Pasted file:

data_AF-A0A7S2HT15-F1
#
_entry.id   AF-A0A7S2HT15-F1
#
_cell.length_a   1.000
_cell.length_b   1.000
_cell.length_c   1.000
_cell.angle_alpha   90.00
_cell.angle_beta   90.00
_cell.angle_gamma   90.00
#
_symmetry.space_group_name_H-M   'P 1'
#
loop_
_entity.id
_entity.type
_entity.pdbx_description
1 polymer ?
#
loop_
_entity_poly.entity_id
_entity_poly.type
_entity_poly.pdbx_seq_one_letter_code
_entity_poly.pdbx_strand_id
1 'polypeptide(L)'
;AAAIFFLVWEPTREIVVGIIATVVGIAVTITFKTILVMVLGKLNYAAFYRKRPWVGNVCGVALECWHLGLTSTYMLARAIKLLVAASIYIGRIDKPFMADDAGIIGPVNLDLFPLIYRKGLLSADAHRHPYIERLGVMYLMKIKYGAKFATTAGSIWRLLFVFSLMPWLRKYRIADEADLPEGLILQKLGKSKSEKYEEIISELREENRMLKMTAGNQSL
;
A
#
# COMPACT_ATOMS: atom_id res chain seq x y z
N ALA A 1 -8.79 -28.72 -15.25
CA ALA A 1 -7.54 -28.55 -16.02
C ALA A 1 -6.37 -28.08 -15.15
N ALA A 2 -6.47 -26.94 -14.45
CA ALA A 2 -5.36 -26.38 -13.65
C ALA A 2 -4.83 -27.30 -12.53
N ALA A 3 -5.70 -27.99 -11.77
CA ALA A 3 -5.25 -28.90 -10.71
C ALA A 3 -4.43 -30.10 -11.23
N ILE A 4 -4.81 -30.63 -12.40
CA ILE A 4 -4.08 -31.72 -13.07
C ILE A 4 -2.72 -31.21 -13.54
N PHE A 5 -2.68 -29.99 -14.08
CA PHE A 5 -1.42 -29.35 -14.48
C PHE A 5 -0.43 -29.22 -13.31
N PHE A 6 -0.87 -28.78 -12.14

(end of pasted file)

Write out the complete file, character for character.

data_AF-A0A7S2HT15-F1
#
_entry.id   AF-A0A7S2HT15-F1
#
_cell.length_a   1.000
_cell.length_b   1.000
_cell.length_c   1.000
_cell.angle_alpha   90.00
_cell.angle_beta   90.00
_cell.angle_gamma   90.00
#
_symmetry.space_group_name_H-M   'P 1'
#
loop_
_entity.id
_entity.type
_entity.pdbx_description
1 polymer ?
#
loop_
_entity_poly.entity_id
_entity_poly.type
_entity_poly.pdbx_seq_one_letter_code
_entity_poly.pdbx_strand_id
1 'polypeptide(L)'
;AAAIFFLVWEPTREIVVGIIATVVGIAVTITFKTILVMVLGKLNYAAFYRKRPWVGNVCGVALECWHLGLTSTYMLARAIKLLVAASIYIGRIDKPFMADDAGIIGPVNLDLFPLIYRKGLLSADAHRHPYIERLGVMYLMKIKYGAKFATTAGSIWRLLFVFSLMPWLRKYRIADEADLPEGLILQKLGKSKSEKYEEIISELREENRMLKMTAGNQSL
;
A
#
# COMPACT_ATOMS: atom_id res chain seq x y z
N ALA A 1 -8.79 -28.72 -15.25
CA ALA A 1 -7.54 -28.55 -16.02
C ALA A 1 -6.37 -28.08 -15.15
N ALA A 2 -6.47 -26.94 -14.45
CA ALA A 2 -5.36 -26.38 -13.65
C ALA A 2 -4.83 -27.30 -12.53
N ALA A 3 -5.70 -27.99 -11.77
CA ALA A 3 -5.25 -28.90 -10.71
C ALA A 3 -4.43 -30.10 -11.23
N ILE A 4 -4.81 -30.63 -12.40
CA ILE A 4 -4.08 -31.72 -13.07
C ILE A 4 -2.72 -31.21 -13.54
N PHE A 5 -2.68 -29.99 -14.08
CA PHE A 5 -1.42 -29.35 -14.48
C PHE A 5 -0.43 -29.22 -13.31
N PHE A 6 -0.87 -28.78 -12.14